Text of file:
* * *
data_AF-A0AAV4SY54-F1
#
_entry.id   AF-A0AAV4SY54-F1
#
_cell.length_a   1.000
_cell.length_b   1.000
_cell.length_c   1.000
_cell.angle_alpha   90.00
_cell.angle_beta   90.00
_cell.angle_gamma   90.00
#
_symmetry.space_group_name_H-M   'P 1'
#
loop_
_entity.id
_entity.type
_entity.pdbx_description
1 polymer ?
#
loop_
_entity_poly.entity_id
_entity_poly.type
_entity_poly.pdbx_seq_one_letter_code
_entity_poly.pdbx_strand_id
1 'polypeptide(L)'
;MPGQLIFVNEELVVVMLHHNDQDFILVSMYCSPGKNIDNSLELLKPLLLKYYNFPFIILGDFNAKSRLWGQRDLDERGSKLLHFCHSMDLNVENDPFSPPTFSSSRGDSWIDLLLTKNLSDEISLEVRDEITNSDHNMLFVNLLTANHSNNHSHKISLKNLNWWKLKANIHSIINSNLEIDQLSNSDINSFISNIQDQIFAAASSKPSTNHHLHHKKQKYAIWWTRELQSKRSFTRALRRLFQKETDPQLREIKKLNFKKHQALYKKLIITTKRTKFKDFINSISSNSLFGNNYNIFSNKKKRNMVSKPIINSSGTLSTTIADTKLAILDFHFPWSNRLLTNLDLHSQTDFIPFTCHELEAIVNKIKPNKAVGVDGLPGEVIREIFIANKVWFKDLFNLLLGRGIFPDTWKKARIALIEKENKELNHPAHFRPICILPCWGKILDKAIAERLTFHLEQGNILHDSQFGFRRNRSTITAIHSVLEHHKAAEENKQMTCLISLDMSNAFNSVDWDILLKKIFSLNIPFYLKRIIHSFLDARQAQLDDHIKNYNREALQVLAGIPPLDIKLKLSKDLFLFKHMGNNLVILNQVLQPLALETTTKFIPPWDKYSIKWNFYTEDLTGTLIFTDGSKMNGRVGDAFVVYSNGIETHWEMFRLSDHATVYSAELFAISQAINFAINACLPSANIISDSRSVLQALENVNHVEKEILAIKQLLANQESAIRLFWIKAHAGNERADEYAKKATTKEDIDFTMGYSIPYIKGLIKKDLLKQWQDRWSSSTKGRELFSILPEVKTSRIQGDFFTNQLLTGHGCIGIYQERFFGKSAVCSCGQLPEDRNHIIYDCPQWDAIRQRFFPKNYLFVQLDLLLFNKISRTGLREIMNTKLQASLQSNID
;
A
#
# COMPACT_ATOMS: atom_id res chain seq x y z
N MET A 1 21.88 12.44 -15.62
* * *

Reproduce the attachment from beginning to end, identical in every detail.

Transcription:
data_AF-A0AAV4SY54-F1
#
_entry.id   AF-A0AAV4SY54-F1
#
_cell.length_a   1.000
_cell.length_b   1.000
_cell.length_c   1.000
_cell.angle_alpha   90.00
_cell.angle_beta   90.00
_cell.angle_gamma   90.00
#
_symmetry.space_group_name_H-M   'P 1'
#
loop_
_entity.id
_entity.type
_entity.pdbx_description
1 polymer ?
#
loop_
_entity_poly.entity_id
_entity_poly.type
_entity_poly.pdbx_seq_one_letter_code
_entity_poly.pdbx_strand_id
1 'polypeptide(L)'
;MPGQLIFVNEELVVVMLHHNDQDFILVSMYCSPGKNIDNSLELLKPLLLKYYNFPFIILGDFNAKSRLWGQRDLDERGSKLLHFCHSMDLNVENDPFSPPTFSSSRGDSWIDLLLTKNLSDEISLEVRDEITNSDHNMLFVNLLTANHSNNHSHKISLKNLNWWKLKANIHSIINSNLEIDQLSNSDINSFISNIQDQIFAAASSKPSTNHHLHHKKQKYAIWWTRELQSKRSFTRALRRLFQKETDPQLREIKKLNFKKHQALYKKLIITTKRTKFKDFINSISSNSLFGNNYNIFSNKKKRNMVSKPIINSSGTLSTTIADTKLAILDFHFPWSNRLLTNLDLHSQTDFIPFTCHELEAIVNKIKPNKAVGVDGLPGEVIREIFIANKVWFKDLFNLLLGRGIFPDTWKKARIALIEKENKELNHPAHFRPICILPCWGKILDKAIAERLTFHLEQGNILHDSQFGFRRNRSTITAIHSVLEHHKAAEENKQMTCLISLDMSNAFNSVDWDILLKKIFSLNIPFYLKRIIHSFLDARQAQLDDHIKNYNREALQVLAGIPPLDIKLKLSKDLFLFKHMGNNLVILNQVLQPLALETTTKFIPPWDKYSIKWNFYTEDLTGTLIFTDGSKMNGRVGDAFVVYSNGIETHWEMFRLSDHATVYSAELFAISQAINFAINACLPSANIISDSRSVLQALENVNHVEKEILAIKQLLANQESAIRLFWIKAHAGNERADEYAKKATTKEDIDFTMGYSIPYIKGLIKKDLLKQWQDRWSSSTKGRELFSILPEVKTSRIQGDFFTNQLLTGHGCIGIYQERFFGKSAVCSCGQLPEDRNHIIYDCPQWDAIRQRFFPKNYLFVQLDLLLFNKISRTGLREIMNTKLQASLQSNID
;
A
#
# COMPACT_ATOMS: atom_id res chain seq x y z
N MET A 1 21.88 12.44 -15.62